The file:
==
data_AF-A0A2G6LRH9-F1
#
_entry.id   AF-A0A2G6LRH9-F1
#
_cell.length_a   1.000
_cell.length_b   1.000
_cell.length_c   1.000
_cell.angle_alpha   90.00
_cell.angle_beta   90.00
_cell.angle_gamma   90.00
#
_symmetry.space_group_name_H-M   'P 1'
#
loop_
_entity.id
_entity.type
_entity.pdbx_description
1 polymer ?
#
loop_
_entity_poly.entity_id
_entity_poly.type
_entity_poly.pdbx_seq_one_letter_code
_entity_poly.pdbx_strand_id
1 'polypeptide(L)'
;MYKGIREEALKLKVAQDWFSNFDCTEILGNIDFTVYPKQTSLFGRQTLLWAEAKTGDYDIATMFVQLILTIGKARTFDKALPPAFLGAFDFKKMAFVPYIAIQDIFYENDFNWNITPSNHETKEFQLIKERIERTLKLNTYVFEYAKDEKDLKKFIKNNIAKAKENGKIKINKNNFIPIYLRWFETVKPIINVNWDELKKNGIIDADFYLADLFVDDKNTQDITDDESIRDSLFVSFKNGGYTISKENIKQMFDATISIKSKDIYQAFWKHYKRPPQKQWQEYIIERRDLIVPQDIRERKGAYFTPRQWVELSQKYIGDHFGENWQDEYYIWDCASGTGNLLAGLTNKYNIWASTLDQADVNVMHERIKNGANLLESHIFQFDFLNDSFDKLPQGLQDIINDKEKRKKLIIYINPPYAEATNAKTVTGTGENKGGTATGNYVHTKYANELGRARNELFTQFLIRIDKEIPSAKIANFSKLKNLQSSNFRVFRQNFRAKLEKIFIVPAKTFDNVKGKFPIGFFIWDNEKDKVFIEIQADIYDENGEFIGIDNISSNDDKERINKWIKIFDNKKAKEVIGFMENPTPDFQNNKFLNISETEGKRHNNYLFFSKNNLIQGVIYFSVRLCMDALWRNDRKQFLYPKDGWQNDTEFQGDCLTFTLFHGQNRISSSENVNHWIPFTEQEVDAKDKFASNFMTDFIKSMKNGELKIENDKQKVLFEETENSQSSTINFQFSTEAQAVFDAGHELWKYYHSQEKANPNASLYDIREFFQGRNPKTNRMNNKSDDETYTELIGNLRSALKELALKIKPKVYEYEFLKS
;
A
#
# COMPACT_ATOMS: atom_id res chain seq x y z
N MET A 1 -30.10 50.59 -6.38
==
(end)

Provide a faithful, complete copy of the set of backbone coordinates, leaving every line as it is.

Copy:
data_AF-A0A2G6LRH9-F1
#
_entry.id   AF-A0A2G6LRH9-F1
#
_cell.length_a   1.000
_cell.length_b   1.000
_cell.length_c   1.000
_cell.angle_alpha   90.00
_cell.angle_beta   90.00
_cell.angle_gamma   90.00
#
_symmetry.space_group_name_H-M   'P 1'
#
loop_
_entity.id
_entity.type
_entity.pdbx_description
1 polymer ?
#
loop_
_entity_poly.entity_id
_entity_poly.type
_entity_poly.pdbx_seq_one_letter_code
_entity_poly.pdbx_strand_id
1 'polypeptide(L)'
;MYKGIREEALKLKVAQDWFSNFDCTEILGNIDFTVYPKQTSLFGRQTLLWAEAKTGDYDIATMFVQLILTIGKARTFDKALPPAFLGAFDFKKMAFVPYIAIQDIFYENDFNWNITPSNHETKEFQLIKERIERTLKLNTYVFEYAKDEKDLKKFIKNNIAKAKENGKIKINKNNFIPIYLRWFETVKPIINVNWDELKKNGIIDADFYLADLFVDDKNTQDITDDESIRDSLFVSFKNGGYTISKENIKQMFDATISIKSKDIYQAFWKHYKRPPQKQWQEYIIERRDLIVPQDIRERKGAYFTPRQWVELSQKYIGDHFGENWQDEYYIWDCASGTGNLLAGLTNKYNIWASTLDQADVNVMHERIKNGANLLESHIFQFDFLNDSFDKLPQGLQDIINDKEKRKKLIIYINPPYAEATNAKTVTGTGENKGGTATGNYVHTKYANELGRARNELFTQFLIRIDKEIPSAKIANFSKLKNLQSSNFRVFRQNFRAKLEKIFIVPAKTFDNVKGKFPIGFFIWDNEKDKVFIEIQADIYDENGEFIGIDNISSNDDKERINKWIKIFDNKKAKEVIGFMENPTPDFQNNKFLNISETEGKRHNNYLFFSKNNLIQGVIYFSVRLCMDALWRNDRKQFLYPKDGWQNDTEFQGDCLTFTLFHGQNRISSSENVNHWIPFTEQEVDAKDKFASNFMTDFIKSMKNGELKIENDKQKVLFEETENSQSSTINFQFSTEAQAVFDAGHELWKYYHSQEKANPNASLYDIREFFQGRNPKTNRMNNKSDDETYTELIGNLRSALKELALKIKPKVYEYEFLKS
;
A
#
# COMPACT_ATOMS: atom_id res chain seq x y z
N MET A 1 -30.10 50.59 -6.38